Study of selected writers from various nations outside the United States and the United Kingdom. Individual works will be studied in relation to literary traditions, cultural contexts, methodology, and literary theory.
Selected readings in postcolonial literature and theory emphasizing cultural contexts.
Selected readings in literature and theory that addresses gender issues.
Selected readings in literature and theory that addresses race issues.
A course of independent research that can be applied to the regional study or the capstone requirement with the consent of the Global Studies Advisor.
Students work on a local project that clearly reflects a global/international dimension.
An introduction to the cultures and historical developments of the major world regions and their global interactions from the establishment of sedentary societies to ca. 1500 C.E. This course is required of History majors.
The introductory course will give students an overview of America's nonprofit sector as it relates to both the for-profit business and government sectors. Emphasis will be on the history, purpose, and theories of the sector; the legal and regulatory environment; efforts to improve ethics and accountability; the sector's economics and funding environment; trends in evaluation and outcome measurement; and general management problems and principles. The course will also discuss opportunities for personal growth and career advancement available in the sector and highlight skills and training needed to succeed.
An introduction to the theory and practice of the political relations among nations, including a survey of the historical development of the international system, and analysis of the major features of international politics including security, power, diplomacy, and efforts to establish and sustain international society.
An introductory comparative study of the political institutions of the nations of Europe and selected nations of the Middle East, Latin America, Asia, and Sub-Saharan Africa. Forms of government, political culture and history, parties and elections, governing institutions and development will be among the topics considered.
Characteristics and definitions of race and ethnicity in various cultures and societies. Significance for cultural pluralism.
Critical examination of the theoretical foundations of the study of society and culture. Historical evolution of social and anthropological thought as well as contemporary analysis. Required of all students majoring in sociology.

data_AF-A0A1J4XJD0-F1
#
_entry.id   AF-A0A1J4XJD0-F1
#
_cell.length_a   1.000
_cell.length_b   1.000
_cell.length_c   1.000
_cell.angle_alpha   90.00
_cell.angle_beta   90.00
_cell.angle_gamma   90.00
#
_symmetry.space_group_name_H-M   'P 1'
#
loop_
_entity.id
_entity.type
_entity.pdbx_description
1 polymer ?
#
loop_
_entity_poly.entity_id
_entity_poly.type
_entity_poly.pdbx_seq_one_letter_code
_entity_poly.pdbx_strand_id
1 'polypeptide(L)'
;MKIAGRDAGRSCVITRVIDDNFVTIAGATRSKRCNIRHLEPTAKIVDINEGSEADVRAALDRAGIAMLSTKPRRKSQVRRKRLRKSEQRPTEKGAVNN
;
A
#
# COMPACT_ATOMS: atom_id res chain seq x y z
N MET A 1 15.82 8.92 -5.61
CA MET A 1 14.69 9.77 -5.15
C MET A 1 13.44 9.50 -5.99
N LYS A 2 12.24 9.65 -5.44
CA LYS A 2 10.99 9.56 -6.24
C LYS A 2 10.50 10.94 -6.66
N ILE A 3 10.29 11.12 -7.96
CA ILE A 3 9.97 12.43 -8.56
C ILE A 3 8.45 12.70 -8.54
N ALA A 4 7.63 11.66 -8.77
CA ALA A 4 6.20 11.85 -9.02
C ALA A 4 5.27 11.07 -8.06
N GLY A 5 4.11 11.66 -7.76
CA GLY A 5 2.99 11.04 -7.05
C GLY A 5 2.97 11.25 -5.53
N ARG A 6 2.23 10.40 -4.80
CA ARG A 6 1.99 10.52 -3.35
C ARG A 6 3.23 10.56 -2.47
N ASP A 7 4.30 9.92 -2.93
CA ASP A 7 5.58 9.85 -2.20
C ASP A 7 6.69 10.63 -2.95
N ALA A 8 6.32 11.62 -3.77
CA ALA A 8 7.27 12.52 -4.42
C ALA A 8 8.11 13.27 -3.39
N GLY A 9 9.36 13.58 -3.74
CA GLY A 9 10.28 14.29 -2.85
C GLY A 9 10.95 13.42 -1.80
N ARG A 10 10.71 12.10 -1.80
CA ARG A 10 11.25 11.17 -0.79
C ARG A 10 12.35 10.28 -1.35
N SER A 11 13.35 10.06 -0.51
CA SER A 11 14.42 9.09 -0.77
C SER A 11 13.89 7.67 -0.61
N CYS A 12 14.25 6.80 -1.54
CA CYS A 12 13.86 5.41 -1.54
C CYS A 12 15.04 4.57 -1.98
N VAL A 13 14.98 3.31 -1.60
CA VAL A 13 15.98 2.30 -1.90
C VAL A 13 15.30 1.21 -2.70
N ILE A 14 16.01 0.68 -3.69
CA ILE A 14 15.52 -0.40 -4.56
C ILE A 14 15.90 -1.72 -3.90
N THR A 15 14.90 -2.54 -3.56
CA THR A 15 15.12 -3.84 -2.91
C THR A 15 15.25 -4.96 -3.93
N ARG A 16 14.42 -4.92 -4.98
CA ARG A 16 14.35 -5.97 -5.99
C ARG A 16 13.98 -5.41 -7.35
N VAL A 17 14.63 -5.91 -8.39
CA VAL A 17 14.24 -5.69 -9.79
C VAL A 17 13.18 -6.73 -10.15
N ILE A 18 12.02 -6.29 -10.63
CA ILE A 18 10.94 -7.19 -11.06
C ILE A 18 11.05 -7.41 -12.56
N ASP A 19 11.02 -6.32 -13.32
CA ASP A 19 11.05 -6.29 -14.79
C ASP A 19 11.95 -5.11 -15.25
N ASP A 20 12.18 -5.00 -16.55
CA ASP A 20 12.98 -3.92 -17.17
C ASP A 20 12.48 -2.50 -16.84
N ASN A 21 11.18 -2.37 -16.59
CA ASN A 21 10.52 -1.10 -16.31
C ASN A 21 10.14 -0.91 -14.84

Who fights for change? Why? And how? Answers tend to vary with historical circumstance. Increasingly today we find trans-border problem solving to deal with problems that cross borders-problems like environmental degradation, migrant rights, and criminal or health issues. This course looks at the transformation of old and the emergence of new institutions as people try not only to cope but realize their vision of a "just" society.
Study of dynamics of immigrants, adaptation, intercultural acculturation, education of next generations, family life, interracial marriage, ethnic conflict with business, religion, economic, and political functions.
Global Village or Global Pillage? Focusing on the experiences of the United States and China, this class provides a theoretical framework and historical perspective to understanding globalization as both an economic and cultural process. Lectures, reading and case studies of local responses to globalization illustrate how this process reorders, integrates and transforms societies.
This course introduces students to Women's and Gender Studies by exploring contemporary gendered issues through the lenses of race, class, sexuality, and disability. Women's experiences across cultures and co-cultures are emphasized.
This course traces the pursuit of justice and equal rights for women and men in the U.S. through the first and second wave feminist movements, as well as contemporary feminist and queer movements. The focus is on the ethics and moral reasoning used in the past and today to frame the cultural debates.
Exploration of male and female gender roles in culture and society. Importance of gender in workplace, family, education, and belief systems. Analysis of power. Assessment of the contribution of feminist theories to study of gender. Cross-listed with SOC 2150.
This course explores the ways in which gender equality and justice vary across global cultures. Students examine the opportunities and challenges created by transnationalism, including those related to global economics, human rights, ecology, and cultural traditions.